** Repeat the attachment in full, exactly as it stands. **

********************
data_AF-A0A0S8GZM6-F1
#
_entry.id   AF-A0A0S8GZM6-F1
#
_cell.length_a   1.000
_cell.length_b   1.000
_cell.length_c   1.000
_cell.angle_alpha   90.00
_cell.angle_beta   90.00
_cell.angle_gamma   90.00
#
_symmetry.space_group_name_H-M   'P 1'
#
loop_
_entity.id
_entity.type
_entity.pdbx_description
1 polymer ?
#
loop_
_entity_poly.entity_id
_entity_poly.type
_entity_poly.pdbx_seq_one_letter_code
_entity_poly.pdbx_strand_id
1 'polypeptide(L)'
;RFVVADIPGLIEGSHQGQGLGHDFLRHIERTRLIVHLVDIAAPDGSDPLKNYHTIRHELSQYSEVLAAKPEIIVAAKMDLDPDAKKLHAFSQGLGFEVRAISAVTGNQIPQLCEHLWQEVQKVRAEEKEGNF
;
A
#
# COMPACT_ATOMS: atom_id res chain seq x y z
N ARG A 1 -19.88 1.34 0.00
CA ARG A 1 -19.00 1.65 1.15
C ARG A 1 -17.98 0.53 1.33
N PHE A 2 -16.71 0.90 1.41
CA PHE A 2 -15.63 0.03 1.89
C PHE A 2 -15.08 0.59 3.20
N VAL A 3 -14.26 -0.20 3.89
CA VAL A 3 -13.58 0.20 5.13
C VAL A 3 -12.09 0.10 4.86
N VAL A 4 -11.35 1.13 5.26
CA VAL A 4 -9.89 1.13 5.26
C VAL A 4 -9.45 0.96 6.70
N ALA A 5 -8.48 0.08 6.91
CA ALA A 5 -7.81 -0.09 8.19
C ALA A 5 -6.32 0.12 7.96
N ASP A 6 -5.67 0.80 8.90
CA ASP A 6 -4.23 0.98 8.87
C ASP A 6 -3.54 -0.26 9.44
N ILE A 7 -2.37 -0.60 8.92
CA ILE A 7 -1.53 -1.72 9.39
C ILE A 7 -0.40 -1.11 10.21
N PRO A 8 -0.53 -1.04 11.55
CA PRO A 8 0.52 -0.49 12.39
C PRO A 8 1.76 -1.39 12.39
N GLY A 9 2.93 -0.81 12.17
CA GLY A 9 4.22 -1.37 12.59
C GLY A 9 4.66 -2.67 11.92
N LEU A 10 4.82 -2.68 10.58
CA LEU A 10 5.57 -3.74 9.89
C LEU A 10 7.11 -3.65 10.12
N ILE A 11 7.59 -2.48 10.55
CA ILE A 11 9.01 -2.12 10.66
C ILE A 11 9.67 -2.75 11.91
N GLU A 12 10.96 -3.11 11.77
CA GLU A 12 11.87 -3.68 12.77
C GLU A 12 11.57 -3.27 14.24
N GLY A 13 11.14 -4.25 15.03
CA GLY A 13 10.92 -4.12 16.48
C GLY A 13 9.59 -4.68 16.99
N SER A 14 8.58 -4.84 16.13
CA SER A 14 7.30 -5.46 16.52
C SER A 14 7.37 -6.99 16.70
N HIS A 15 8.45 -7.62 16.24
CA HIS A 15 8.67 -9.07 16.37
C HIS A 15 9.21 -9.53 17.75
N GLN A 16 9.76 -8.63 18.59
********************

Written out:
data_AF-A0A0S8GZM6-F1
#
_entry.id   AF-A0A0S8GZM6-F1
#
_cell.length_a   1.000
_cell.length_b   1.000
_cell.length_c   1.000
_cell.angle_alpha   90.00
_cell.angle_beta   90.00
_cell.angle_gamma   90.00
#
_symmetry.space_group_name_H-M   'P 1'
#
loop_
_entity.id
_entity.type
_entity.pdbx_description
1 polymer ?
#
loop_
_entity_poly.entity_id
_entity_poly.type
_entity_poly.pdbx_seq_one_letter_code
_entity_poly.pdbx_strand_id
1 'polypeptide(L)'
;RFVVADIPGLIEGSHQGQGLGHDFLRHIERTRLIVHLVDIAAPDGSDPLKNYHTIRHELSQYSEVLAAKPEIIVAAKMDLDPDAKKLHAFSQGLGFEVRAISAVTGNQIPQLCEHLWQEVQKVRAEEKEGNF
;
A
#
# COMPACT_ATOMS: atom_id res chain seq x y z
N ARG A 1 -19.88 1.34 0.00
CA ARG A 1 -19.00 1.65 1.15
C ARG A 1 -17.98 0.53 1.33
N PHE A 2 -16.71 0.90 1.41
CA PHE A 2 -15.63 0.03 1.89
C PHE A 2 -15.08 0.59 3.20
N VAL A 3 -14.26 -0.20 3.89
CA VAL A 3 -13.58 0.20 5.13
C VAL A 3 -12.09 0.10 4.86
N VAL A 4 -11.35 1.13 5.26
CA VAL A 4 -9.89 1.13 5.26
C VAL A 4 -9.45 0.96 6.70
N ALA A 5 -8.48 0.08 6.91
CA ALA A 5 -7.81 -0.09 8.19
C ALA A 5 -6.32 0.12 7.96
N ASP A 6 -5.67 0.80 8.90
CA ASP A 6 -4.23 0.98 8.87
C ASP A 6 -3.54 -0.26 9.44
N ILE A 7 -2.37 -0.60 8.92
CA ILE A 7 -1.53 -1.72 9.39
C ILE A 7 -0.40 -1.11 10.21
N PRO A 8 -0.53 -1.04 11.55
CA PRO A 8 0.52 -0.49 12.39
C PRO A 8 1.76 -1.39 12.39
N GLY A 9 2.93 -0.81 12.17
CA GLY A 9 4.22 -1.37 12.59
C GLY A 9 4.66 -2.67 11.92
N LEU A 10 4.82 -2.68 10.58
CA LEU A 10 5.57 -3.74 9.89
C LEU A 10 7.11 -3.65 10.12
N ILE A 11 7.59 -2.48 10.55
CA ILE A 11 9.01 -2.12 10.66
C ILE A 11 9.67 -2.75 11.91
N GLU A 12 10.96 -3.11 11.77
CA GLU A 12 11.87 -3.68 12.77
C GLU A 12 11.57 -3.27 14.24
N GLY A 13 11.14 -4.25 15.03
CA GLY A 13 10.92 -4.12 16.48
C GLY A 13 9.59 -4.68 16.99
N SER A 14 8.58 -4.84 16.13
CA SER A 14 7.30 -5.46 16.52
C SER A 14 7.37 -6.99 16.70
N HIS A 15 8.45 -7.62 16.24
CA HIS A 15 8.67 -9.07 16.37
C HIS A 15 9.21 -9.53 17.75
N GLN A 16 9.76 -8.63 18.59